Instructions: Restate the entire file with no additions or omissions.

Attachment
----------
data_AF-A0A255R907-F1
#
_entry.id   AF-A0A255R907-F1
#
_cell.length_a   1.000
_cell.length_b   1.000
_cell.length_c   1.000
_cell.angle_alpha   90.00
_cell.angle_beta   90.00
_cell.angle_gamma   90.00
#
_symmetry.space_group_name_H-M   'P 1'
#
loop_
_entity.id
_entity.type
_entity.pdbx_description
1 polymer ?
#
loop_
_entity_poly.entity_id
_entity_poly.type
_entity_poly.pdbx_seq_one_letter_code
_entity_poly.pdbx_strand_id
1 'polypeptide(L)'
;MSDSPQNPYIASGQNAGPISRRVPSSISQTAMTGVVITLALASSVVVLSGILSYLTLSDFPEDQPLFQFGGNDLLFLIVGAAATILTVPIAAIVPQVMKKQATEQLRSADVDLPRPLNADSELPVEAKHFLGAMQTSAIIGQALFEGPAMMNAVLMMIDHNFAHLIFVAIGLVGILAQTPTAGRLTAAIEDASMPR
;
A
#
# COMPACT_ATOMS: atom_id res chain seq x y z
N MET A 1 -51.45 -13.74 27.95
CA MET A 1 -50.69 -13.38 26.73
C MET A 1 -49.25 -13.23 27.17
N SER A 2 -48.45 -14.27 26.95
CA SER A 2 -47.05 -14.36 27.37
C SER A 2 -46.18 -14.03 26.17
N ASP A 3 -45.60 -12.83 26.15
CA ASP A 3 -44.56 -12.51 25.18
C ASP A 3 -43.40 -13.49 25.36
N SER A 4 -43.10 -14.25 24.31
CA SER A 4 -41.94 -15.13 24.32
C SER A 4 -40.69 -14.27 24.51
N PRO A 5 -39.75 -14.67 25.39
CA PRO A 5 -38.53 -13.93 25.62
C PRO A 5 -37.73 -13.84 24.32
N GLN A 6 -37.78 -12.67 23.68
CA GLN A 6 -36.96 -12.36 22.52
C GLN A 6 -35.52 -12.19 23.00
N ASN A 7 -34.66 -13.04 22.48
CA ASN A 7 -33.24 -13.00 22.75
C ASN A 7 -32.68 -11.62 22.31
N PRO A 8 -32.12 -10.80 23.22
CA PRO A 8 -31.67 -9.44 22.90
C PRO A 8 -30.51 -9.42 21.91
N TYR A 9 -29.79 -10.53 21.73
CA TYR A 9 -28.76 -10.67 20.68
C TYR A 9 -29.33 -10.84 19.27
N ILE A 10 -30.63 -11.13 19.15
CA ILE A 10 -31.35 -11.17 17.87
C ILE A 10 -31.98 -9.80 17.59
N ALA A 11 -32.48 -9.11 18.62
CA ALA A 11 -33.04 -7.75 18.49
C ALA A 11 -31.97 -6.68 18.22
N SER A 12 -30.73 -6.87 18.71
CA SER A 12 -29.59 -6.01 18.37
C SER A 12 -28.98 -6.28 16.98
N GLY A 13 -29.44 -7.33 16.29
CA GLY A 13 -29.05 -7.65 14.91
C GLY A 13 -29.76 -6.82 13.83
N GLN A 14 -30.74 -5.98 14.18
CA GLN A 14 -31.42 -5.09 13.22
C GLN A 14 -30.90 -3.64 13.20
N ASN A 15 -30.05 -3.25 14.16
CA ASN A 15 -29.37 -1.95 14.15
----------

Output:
data_AF-A0A255R907-F1
#
_entry.id   AF-A0A255R907-F1
#
_cell.length_a   1.000
_cell.length_b   1.000
_cell.length_c   1.000
_cell.angle_alpha   90.00
_cell.angle_beta   90.00
_cell.angle_gamma   90.00
#
_symmetry.space_group_name_H-M   'P 1'
#
loop_
_entity.id
_entity.type
_entity.pdbx_description
1 polymer ?
#
loop_
_entity_poly.entity_id
_entity_poly.type
_entity_poly.pdbx_seq_one_letter_code
_entity_poly.pdbx_strand_id
1 'polypeptide(L)'
;MSDSPQNPYIASGQNAGPISRRVPSSISQTAMTGVVITLALASSVVVLSGILSYLTLSDFPEDQPLFQFGGNDLLFLIVGAAATILTVPIAAIVPQVMKKQATEQLRSADVDLPRPLNADSELPVEAKHFLGAMQTSAIIGQALFEGPAMMNAVLMMIDHNFAHLIFVAIGLVGILAQTPTAGRLTAAIEDASMPR
;
A
#
# COMPACT_ATOMS: atom_id res chain seq x y z
N MET A 1 -51.45 -13.74 27.95
CA MET A 1 -50.69 -13.38 26.73
C MET A 1 -49.25 -13.23 27.17
N SER A 2 -48.45 -14.27 26.95
CA SER A 2 -47.05 -14.36 27.37
C SER A 2 -46.18 -14.03 26.17
N ASP A 3 -45.60 -12.83 26.15
CA ASP A 3 -44.56 -12.51 25.18
C ASP A 3 -43.40 -13.49 25.36
N SER A 4 -43.10 -14.25 24.31
CA SER A 4 -41.94 -15.13 24.32
C SER A 4 -40.69 -14.27 24.51
N PRO A 5 -39.75 -14.67 25.39
CA PRO A 5 -38.53 -13.93 25.62
C PRO A 5 -37.73 -13.84 24.32
N GLN A 6 -37.78 -12.67 23.68
CA GLN A 6 -36.96 -12.36 22.52
C GLN A 6 -35.52 -12.19 23.00
N ASN A 7 -34.66 -13.04 22.48
CA ASN A 7 -33.24 -13.00 22.75
C ASN A 7 -32.68 -11.62 22.31
N PRO A 8 -32.12 -10.80 23.22
CA PRO A 8 -31.67 -9.44 22.90
C PRO A 8 -30.51 -9.42 21.91
N TYR A 9 -29.79 -10.53 21.73
CA TYR A 9 -28.76 -10.67 20.68
C TYR A 9 -29.33 -10.84 19.27
N ILE A 10 -30.63 -11.13 19.15
CA ILE A 10 -31.35 -11.17 17.87
C ILE A 10 -31.98 -9.80 17.59
N ALA A 11 -32.48 -9.11 18.62
CA ALA A 11 -33.04 -7.75 18.49
C ALA A 11 -31.97 -6.68 18.22
N SER A 12 -30.73 -6.87 18.71
CA SER A 12 -29.59 -6.01 18.37
C SER A 12 -28.98 -6.28 16.98
N GLY A 13 -29.44 -7.33 16.29
CA GLY A 13 -29.05 -7.65 14.91
C GLY A 13 -29.76 -6.82 13.83
N GLN A 14 -30.74 -5.98 14.18
CA GLN A 14 -31.42 -5.09 13.22
C GLN A 14 -30.90 -3.64 13.20
N ASN A 15 -30.05 -3.25 14.16
CA ASN A 15 -29.37 -1.95 14.15